Skip to main content

Jordan Binnington silences any one-year-wonder talk before it begins

He shrugged off the pressure of playing in the Stanley Cup as a rookie last year. Now he's shrugging off the pressure that comes with increased expectations.

Was this the type of game that would finally get to Jordan Binnington?

Sure, he’d done the surprise rookie thing last year. He’d helped carry a last-place team into the playoffs over the course of one winter. He did the Ken Dryden/Matt Murray thing and won a Stanley Cup as a freshman goaltender. So it was well established that Binnington did not spook easily. But Monday night’s game between his St. Louis Blues and the Toronto Maple Leafs brought a new kind of heat.

This was his first hometown NHL game. He grew up in Richmond Hill, Ont., a short-if-traffic-ridden jaunt down Highway 404 from downtown Toronto, and he’d never played a road game against the Leafs before. That meant roughly 50 friends and family members were on hand to watch him at Scotiabank Arena.

“It was cool,” he said. “I saw a couple of my buddies in the stands, and they were pretty excited.”

Factoring in that Binnington can no longer sneak up on the league, that he’s expected to prove he wasn’t a fluke and that he carries a new $4.4-million price tag for the next two seasons, it wouldn’t be a stretch to say he was under pressure Monday. But…nope. Same old Binnington. The ice man. He turned aside 32 Leaf shots in a 3-2 victory, and it took two highlight-reel plays to get any pucks past him. Frederik Gauthier scored from in close after Jason Spezza dribbled a puck twice in mid air on the blade of his stick, and William Nylander deked to finish a tic-tac-toe. Binnington handled everything he was supposed to stop, albeit with a bit of help from his goal posts.

“A lot of pressure to come home, but you guys have written about 50 stories on him about ice in his veins, right?” said Blues captain Alex Pietrangelo. “Nothing really seems to bother him, so tonight’s no different.”

Asked if he ever gets tired of the “ice in the veins” story, Binnington replied in his usual, so-deadpan-that-you-almost-think-he’s serious tone.

“No. I like that quote. It’s a good one.”

Asked if the homecoming game was what he imagined, he shot back two words:

“Yeah. Sure.”

Is Binnington being witty, or difficult, or simply maintaining his brand as a stone-cold killer in net when he fires off quips like those? Whatever his motivations are, his shtick works. It’s only three games into the 2019-20 season, but he’s looked exactly like the goaltender who shocked the world in 2018-19, following up last year’s .927 save percentage with a .928 in his first three starts. The sample size going into this season was small enough to keep certain prognosticators skeptical of a repeat performance, but the underlying regular-season numbers in 2018-19 actually suggested Binnington was the exact opposite of a fluke. Per naturalstattrick.com, he was one of 56 goalies to play at least 1,000 minutes at 5-on-5. Among them, he was first in SP, second in goals saved above average per 60, fourth in high-danger SP, fourth in medium-danger SP and 17th in low-danger SP. Binnington was so elite on a per-game basis that he probably would’ve won the Vezina Trophy over Andrei Vasilevskiy with 15 more appearances. Binnington didn’t appear in a game until Dec. 16 and didn’t start one until Jan. 7, yet he still finished fifth in the Vezina vote, earning two second-place and three third-place nods.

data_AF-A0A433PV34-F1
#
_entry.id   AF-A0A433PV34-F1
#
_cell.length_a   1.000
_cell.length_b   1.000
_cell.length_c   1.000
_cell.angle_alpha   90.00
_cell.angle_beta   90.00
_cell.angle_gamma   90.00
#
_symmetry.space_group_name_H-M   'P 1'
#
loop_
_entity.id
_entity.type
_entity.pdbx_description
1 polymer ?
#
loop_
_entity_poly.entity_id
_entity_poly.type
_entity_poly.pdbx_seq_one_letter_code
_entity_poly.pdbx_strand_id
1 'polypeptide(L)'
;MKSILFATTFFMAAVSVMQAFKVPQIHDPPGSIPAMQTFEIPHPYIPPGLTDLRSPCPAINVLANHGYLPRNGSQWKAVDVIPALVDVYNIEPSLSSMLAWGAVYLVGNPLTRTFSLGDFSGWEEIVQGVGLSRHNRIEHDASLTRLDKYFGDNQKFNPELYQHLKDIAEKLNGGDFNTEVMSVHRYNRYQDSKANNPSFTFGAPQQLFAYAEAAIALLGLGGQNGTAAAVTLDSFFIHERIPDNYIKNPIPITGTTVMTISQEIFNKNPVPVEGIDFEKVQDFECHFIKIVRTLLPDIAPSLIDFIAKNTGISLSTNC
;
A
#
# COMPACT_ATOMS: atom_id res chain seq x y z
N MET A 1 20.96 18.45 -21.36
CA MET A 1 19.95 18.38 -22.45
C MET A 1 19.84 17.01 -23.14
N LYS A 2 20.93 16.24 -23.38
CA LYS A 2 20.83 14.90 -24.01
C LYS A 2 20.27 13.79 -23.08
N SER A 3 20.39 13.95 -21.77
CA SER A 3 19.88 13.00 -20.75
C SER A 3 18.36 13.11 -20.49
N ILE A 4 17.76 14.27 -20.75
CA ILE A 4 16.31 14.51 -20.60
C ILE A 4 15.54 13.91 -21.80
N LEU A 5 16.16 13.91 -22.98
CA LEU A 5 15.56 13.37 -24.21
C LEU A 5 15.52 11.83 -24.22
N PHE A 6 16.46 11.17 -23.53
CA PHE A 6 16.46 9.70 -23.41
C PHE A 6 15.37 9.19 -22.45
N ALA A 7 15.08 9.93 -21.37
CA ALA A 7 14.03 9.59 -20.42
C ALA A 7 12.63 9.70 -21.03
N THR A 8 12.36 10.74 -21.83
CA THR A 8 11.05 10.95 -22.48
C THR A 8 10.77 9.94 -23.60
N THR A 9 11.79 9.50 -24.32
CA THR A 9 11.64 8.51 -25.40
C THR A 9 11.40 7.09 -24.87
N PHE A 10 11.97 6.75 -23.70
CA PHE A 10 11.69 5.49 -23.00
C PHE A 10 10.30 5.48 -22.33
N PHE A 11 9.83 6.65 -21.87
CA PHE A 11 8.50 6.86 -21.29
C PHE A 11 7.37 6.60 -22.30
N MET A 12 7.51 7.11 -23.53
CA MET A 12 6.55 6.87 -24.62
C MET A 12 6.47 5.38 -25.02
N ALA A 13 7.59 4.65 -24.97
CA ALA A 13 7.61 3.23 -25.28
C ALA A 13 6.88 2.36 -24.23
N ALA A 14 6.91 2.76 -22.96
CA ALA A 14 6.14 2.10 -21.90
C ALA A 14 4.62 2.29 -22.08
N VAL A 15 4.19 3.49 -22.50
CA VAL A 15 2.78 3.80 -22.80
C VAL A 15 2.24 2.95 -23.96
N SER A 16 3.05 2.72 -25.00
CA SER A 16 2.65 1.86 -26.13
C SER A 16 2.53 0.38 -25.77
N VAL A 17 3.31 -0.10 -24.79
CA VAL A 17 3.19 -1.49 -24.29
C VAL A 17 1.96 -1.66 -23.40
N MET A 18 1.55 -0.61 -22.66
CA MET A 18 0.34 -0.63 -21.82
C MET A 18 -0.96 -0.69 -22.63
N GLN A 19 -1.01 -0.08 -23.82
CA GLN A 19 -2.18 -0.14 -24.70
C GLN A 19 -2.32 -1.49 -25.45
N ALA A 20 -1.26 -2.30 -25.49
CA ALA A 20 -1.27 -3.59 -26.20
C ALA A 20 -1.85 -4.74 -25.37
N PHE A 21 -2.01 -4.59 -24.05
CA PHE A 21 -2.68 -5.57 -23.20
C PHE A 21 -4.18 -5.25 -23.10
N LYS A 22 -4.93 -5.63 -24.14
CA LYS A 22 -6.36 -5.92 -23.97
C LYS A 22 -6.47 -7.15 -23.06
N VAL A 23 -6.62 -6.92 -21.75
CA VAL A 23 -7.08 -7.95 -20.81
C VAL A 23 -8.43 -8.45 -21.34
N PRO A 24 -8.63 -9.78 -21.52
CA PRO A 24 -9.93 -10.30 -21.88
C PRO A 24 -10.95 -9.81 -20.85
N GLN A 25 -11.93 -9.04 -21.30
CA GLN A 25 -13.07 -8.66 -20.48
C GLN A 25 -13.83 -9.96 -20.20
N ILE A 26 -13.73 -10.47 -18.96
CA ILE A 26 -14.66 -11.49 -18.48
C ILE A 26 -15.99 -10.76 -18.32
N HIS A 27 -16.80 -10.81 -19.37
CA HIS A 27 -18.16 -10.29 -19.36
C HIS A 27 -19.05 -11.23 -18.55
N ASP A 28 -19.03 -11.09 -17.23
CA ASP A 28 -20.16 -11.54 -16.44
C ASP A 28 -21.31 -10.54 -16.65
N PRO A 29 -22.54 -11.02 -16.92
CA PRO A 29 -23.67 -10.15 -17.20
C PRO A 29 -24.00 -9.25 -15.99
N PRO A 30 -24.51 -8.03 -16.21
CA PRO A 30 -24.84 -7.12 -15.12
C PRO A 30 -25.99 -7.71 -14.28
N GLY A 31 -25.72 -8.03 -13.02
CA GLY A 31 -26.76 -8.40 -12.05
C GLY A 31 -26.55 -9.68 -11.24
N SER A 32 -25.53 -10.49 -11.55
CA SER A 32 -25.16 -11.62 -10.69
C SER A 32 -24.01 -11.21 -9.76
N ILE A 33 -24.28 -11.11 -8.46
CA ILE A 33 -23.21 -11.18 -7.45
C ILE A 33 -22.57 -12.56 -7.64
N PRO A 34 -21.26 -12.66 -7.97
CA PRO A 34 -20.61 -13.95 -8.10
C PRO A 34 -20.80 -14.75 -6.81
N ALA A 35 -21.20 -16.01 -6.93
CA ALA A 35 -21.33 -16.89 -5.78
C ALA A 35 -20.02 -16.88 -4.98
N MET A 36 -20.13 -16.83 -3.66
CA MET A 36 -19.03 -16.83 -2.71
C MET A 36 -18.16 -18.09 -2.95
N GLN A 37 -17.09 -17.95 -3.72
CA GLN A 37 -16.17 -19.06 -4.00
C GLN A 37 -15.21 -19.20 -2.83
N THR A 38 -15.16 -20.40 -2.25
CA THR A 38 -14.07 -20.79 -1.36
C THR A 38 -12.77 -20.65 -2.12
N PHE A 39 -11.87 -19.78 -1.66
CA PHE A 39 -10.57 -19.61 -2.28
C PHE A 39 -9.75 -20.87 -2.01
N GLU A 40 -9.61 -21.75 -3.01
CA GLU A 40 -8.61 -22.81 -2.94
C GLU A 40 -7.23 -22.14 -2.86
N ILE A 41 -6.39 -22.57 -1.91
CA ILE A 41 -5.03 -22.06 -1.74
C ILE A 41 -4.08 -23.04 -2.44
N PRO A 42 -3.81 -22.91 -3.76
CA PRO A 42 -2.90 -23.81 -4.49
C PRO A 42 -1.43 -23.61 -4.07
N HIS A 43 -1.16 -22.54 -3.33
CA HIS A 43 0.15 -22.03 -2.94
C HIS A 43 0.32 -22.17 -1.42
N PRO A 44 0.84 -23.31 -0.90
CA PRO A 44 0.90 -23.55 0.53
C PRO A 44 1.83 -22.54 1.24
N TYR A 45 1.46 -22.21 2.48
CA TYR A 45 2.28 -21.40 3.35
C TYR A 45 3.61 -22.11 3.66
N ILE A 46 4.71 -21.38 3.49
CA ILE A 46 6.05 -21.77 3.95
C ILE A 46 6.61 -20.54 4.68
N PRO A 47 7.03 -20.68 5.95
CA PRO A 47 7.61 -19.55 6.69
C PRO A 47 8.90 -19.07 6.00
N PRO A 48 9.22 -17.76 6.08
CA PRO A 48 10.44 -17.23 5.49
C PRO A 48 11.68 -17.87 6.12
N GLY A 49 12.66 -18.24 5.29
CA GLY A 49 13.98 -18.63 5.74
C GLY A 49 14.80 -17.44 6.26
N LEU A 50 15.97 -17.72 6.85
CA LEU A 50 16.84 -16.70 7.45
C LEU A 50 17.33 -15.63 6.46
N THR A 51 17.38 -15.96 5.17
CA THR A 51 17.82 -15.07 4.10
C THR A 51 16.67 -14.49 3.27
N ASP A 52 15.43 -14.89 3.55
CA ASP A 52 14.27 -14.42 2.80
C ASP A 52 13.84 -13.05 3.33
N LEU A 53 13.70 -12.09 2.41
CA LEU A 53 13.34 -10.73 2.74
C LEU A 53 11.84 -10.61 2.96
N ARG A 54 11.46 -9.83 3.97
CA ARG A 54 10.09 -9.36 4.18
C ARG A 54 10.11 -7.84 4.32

So, really, instead of 2019-20 setting up a “prove it” narrative, maybe it’s fairer to consider Binnington excellent until proven otherwise. So far, he’s done nothing to suggest he can’t be a top-tier NHL goaltender going forward. No Stanley Cup hangover to speak of for him or his teammates early on, either.

“So far, so good,” he said. “This league’s incredible, so we’ve got to stay on top of ourselves and keep working just like we did before."

Want more in-depth features, analysis and an All-Access pass to the latest content? Subscribe to The Hockey News magazine.

TOP HEADLINES

Screenshot_152
Play

From the Archives: Day Tosses Bouquets at Turk and Teeder

Like the New York Rangers of this past season, who handsomely rebounded from a non-playoff year to become an elite NHL team, the 1946-47 Toronto Maple Leafs did likewise. Stan Fischler looks at what that group became.

USATSI_17977474
Play

NHL Prospect Pool Weak Points: Central Division

What are the prospect weak points for the eight Central Division teams? Tony Ferrari takes a look.

Danny Zhilkin
Play

What NHL Teams Are Getting from Danny Zhilkin

After a lost year, Danny Zhilkin emerged as one of the biggest stars on the Guelph Storm. Now, he's ready to show NHL teams what he's capable of.